Humble Lion struggled to break down the MBU defence, but they got great chances through Renae Lloyd and Cory Hylton, but two execellent stops from veteran goalkeeper Jacomeno Barrett kept them at bay.

Humble Lion came to life after the equaliser and they had a number of chances to take the lead, but wasteful shooting and good goalkeeping from Barrett kept the scores level.

However, near the end, MBU nearly stole the points, but Jeadine White made a fine double save from a free kick and then from ace striker Dino Williams to save his team’s blushes.

Humble Lion coach O’Neil Thompson said the problem that has plagued them all season cost them the three points.

“We are not capitalising on the chances that we are creating,” he said. “But the creation level was up today compared to the last game. I am pleased with the amount of chances we created, but we’re not converting the chances we have for the points.”

MoBay stayed bottom on 21 points, while Humble Lion remain eighth with 31 points.

News Credit: The Jamaica Gleaner | Read here http://jamaica-gleaner.com/article/sports/20190218/each-mbu-match-final-gama

Windies to maintain focus



Fresh off a historic Test series win over England, interim Windies head coach Richard Pybus wants the home side to execute their plans in the upcoming five-match one-day international (ODI) series.

The Windies recently defeated England 2-1 to capture the Wisden Trophy for the first time in more than a decade.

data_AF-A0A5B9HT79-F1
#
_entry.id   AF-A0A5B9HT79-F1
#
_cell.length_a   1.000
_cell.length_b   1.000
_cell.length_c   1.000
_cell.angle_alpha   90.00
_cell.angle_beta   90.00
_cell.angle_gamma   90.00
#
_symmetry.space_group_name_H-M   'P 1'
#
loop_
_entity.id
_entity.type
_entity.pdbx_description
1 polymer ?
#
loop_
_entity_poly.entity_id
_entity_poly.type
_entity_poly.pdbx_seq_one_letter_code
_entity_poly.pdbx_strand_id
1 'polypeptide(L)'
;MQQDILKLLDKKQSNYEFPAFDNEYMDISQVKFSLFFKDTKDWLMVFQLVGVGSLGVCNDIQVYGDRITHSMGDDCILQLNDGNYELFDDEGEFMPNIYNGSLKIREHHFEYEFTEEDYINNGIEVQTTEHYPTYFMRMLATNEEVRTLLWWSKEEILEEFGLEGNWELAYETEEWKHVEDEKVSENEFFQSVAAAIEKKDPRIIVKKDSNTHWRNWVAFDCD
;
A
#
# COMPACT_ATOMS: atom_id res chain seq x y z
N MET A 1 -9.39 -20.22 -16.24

The two sides will meet at Kensington Oval on Wednesday for the first match of the ODI series.

Pybus said morale was high among the team and the players were eagerly looking forward to the challenge.

“We’re coming off the back of a Test series win and we’ve still got a couple players travelling back into the squad and we’re looking forward to them arriving, but the guys are very keen to take on England.

“I was delighted with the outcome of Test series. I would have loved it to be 3-0, but the loss of Jason (Holder) and then Keemo (Paul) with a quad pull, that set us back in the Test match, but I thought the guys stood up very, very well,” Pybus said.

“We have clear plans, but great planning doesn’t mean you’re going to execute, so all credit to Jason and the players; they were absolutely superb. They showed tremendous commitment and discipline and they spoke about what they wanted to deliver and they really did. Taking that into the series now we will be getting this ODI squad together doing the same planning.”

The Windies had to make three changes because of injuries to key players and will also have to do without the services of Shannon Gabriel for the first four ODIs because of suspension.